Motion means the action or process of moving or being moved. Anything that moves around us is said to be in motion. So, when you put effort to make anything move, like a table, then the table is in motion. Additionally, you are also in motion since you are moving along with the table to take it from point A to point B.
In our day to day life, we find so many things moving, some at a slow pace and some at a fast pace. A few simple examples would be vehicles moving on the road, people walking on the streets, birds flying in the sky etc. Even our earth and the planets in the solar system also undergo motion since they consistently revolve around the sun.
Before getting to know the motion formula and its principle, get familiarised with the concept of motion.
Definition of motion
Motion is a change in position compared to a place and an object that is not moving. The objector place that does not move or change is the point of reference. An object or person derives its motion from speed and velocity, wherein speed signifies how fast an object is moving.
The formula of motion comes from speed which can be measured by the distance the object travels divided by the time taken to travel that distance. For example, a scooter that travels at 40 miles in an hour has a speed of 40 miles per hour. Speed in a certain direction is velocity.
When a car moves from Place A to place B, there is a change in position throughout the path with time. We observe the change in position of the car and the time too. Hence the change in position with time is what we call motion. Whenever there is a change in the position of the body from its original position, we can say that it either is undergoing or has undergone motion.
Objects such as trees, buildings etc., are said to be stationary because they do not change position. But if we consider there are stationary objects from our perspective, they are not in motion. But if an astronaut were to see the earth, all these things too are moving because the earth is moving.
Hence, all objects on the moving object are also moving. This is called the inertial form of reference. So the feeling of things in motion or stationary exists because motion is relative.
Types of motion
Motion can be of the following 7 types:
1. Rectilinear motion:
Notice the word line in the word rectilinear. We define this type of motion as a straight line that falls under the translatory motion category. For example, when a car travels in a straight line on a straight road, it performs the rectilinear motion.
Let us look at another scenario. Assume you are sitting on a railway platform, and you see the train moving. For you, the train and the passengers travelling in that train are in motion.
However, their co-passengers are all at rest or not in motion for the passengers inside the train. So for the observer sitting on the platform, the train and the people sitting inside the train are in motion. This tells us that the motion of any object is relative to the observer. Hence for different observers, the motion will be different.
2. Circular motion:
If an object moves on a circular path, it is in circular motion under translatory motion. This motion is along the circumference of a circle. So if an object is going around the circumference of a circle, we say it is undergoing circular motion. A satellite orbiting the earth at a certain height is also undergoing circular motion. Let us look at some examples of this type of motion.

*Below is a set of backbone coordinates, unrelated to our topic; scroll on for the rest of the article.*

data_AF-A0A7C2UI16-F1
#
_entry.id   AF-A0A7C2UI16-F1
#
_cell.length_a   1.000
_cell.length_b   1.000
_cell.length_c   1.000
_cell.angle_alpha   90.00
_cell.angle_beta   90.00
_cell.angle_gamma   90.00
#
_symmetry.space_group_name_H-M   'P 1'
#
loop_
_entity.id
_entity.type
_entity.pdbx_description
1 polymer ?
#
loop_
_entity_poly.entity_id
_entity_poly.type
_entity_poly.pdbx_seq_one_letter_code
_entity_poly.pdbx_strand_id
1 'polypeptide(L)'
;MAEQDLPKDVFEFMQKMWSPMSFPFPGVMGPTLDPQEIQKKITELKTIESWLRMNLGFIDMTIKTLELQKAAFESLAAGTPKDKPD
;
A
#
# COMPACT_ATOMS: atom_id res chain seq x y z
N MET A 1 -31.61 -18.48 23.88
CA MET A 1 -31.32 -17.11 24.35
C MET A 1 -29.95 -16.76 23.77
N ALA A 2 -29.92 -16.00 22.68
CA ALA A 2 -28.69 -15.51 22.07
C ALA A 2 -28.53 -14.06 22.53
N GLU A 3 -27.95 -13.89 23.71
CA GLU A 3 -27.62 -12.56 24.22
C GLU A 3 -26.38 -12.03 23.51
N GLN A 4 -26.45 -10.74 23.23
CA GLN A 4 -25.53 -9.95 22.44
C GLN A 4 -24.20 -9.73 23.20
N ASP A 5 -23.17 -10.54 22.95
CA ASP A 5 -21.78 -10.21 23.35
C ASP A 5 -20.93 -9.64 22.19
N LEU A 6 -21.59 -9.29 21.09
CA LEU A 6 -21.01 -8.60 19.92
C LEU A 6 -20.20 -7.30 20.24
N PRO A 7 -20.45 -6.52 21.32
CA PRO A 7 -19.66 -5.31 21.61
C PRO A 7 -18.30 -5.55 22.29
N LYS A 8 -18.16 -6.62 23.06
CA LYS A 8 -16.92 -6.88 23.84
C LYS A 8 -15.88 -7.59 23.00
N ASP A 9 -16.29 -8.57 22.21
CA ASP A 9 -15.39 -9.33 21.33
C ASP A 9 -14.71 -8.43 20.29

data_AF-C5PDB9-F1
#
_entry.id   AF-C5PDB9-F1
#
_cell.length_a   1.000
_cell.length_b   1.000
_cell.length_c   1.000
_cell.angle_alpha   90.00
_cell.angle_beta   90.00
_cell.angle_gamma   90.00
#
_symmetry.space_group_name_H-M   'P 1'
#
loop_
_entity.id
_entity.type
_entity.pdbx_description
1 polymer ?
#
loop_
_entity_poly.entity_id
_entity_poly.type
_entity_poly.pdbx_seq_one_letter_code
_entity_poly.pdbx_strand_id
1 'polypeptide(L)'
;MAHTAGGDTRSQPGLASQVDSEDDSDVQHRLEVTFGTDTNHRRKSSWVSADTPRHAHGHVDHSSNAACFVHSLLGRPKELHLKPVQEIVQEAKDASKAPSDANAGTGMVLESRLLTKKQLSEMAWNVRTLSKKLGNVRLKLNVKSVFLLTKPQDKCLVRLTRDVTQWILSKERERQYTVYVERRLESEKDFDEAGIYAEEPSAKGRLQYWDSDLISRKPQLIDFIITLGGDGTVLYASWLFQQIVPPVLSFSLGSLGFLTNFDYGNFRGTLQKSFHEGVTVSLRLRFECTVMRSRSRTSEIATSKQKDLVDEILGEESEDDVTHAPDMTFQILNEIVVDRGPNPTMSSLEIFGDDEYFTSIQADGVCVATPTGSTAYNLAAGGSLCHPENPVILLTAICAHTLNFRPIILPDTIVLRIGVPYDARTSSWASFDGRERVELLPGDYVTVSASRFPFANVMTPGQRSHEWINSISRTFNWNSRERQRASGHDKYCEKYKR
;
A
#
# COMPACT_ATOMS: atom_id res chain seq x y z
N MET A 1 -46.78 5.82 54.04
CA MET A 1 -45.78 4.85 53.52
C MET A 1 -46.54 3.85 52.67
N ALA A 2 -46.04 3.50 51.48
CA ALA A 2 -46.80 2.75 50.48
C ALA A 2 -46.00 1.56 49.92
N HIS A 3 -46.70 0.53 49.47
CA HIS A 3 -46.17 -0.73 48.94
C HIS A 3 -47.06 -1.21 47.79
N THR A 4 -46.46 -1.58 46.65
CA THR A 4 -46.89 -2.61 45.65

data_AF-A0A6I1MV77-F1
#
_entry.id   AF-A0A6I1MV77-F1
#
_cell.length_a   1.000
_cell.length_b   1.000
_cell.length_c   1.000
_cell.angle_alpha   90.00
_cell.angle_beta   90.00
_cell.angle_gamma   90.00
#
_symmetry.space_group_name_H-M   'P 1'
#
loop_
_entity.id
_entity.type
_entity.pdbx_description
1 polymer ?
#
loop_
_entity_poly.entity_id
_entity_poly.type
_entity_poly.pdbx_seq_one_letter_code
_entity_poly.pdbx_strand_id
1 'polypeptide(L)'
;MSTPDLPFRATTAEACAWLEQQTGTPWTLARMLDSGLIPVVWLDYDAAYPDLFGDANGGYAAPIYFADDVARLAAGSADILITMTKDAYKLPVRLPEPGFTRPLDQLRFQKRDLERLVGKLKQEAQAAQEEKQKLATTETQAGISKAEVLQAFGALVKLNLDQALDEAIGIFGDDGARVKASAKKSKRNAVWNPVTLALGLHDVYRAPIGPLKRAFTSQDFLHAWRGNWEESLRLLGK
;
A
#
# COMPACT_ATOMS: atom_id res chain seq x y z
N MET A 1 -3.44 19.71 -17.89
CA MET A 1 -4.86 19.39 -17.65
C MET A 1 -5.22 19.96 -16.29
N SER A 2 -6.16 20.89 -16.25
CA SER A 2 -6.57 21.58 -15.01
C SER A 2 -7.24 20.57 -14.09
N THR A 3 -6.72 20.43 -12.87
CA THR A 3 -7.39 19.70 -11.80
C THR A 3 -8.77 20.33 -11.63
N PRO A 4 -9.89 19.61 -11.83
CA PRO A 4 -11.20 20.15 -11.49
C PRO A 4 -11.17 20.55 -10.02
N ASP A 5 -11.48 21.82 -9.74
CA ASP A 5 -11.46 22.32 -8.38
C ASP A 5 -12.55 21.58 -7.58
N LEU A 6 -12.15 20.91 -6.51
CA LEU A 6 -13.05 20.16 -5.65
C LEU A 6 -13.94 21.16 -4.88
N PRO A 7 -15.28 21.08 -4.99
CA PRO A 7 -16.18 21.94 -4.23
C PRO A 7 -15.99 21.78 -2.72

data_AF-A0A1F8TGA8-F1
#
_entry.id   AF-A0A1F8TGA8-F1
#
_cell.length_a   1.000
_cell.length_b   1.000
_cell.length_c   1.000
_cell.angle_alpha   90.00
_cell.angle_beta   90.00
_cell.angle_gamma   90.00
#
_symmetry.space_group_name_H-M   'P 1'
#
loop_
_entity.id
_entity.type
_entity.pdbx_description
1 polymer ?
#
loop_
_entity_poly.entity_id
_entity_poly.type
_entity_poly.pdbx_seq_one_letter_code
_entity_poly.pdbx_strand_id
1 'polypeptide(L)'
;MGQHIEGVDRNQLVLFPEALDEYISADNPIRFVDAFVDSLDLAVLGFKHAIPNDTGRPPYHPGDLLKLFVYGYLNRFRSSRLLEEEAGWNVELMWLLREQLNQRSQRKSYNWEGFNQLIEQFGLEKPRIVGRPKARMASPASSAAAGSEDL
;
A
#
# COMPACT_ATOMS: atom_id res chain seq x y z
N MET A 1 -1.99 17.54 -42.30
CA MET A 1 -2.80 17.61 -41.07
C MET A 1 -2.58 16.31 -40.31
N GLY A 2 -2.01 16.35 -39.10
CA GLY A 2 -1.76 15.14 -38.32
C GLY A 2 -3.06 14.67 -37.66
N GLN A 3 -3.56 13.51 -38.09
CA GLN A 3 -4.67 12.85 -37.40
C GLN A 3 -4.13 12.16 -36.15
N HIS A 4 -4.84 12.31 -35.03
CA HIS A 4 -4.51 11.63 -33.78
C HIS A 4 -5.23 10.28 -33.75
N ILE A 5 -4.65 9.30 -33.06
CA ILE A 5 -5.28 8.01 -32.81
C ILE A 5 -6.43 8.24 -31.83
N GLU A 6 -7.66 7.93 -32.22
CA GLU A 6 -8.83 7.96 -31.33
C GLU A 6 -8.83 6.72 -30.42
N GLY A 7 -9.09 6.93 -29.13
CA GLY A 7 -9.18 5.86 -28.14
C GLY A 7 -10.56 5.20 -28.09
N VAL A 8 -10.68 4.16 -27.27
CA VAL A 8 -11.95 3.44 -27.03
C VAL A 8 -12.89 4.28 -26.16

3. Rotational Motion:
If we consider a particular point of the blade of a fan, that point is in a circular motion. But the entire fan considered as one single object is not moving anywhere away from its position. Hence, this is rotational motion where the fan is spinning around the axel (the rod that holds the fan), with the axel being constant.
Therefore, we understand rotational motion as a motion of a body around a fixed line. This fixed line is called the axis of rotation.
Some more examples are a merry-go-round, a spinning top, a wheel rotating around the axel, the earth spinning around its axis. Please note that the axis is passing through the body of the object. Hence it is a part of the object.
4. Curvilinear motion:
When many kids playing with a ball throw it in the air across the playground, the ball does not travel in a straight line; it takes a curve. This type of motion is called curvilinear motion, in which a body travels in a curved path.
5. Oscillatory motion:
When an object moves back and forth from a suspended point, it is oscillatory motion. A few examples are kids swinging on a swing where they move, the pendulum of a lock.
6. Vibratory motion:
If the rate of oscillation increases rapidly, such as strumming of a guitar or any other stringed instrument and even drums. These are performing a vibratory motion. Hence, vibratory motion is defined as back and forth or to and fro of an object from its mean position.
7. Periodic motion:
When a body repeats its motion after regular or constant intervals of time, it is said to have periodic motion such as the hands of a clock, earth reliving around the sun and Halley’s comet, which is seen only once in every 76 years. Periodic motion is also called a uniform motion because it travels equal time intervals at a constant speed.
To sum up, motion is categorised into three broad categories. Firstly, Translatory motion is where an object travels in a straight line or curved path. Secondly, Rotatory motion is where an object travels along a circle’s circumference, and thirdly, vibratory motion is where the object moves back and forth.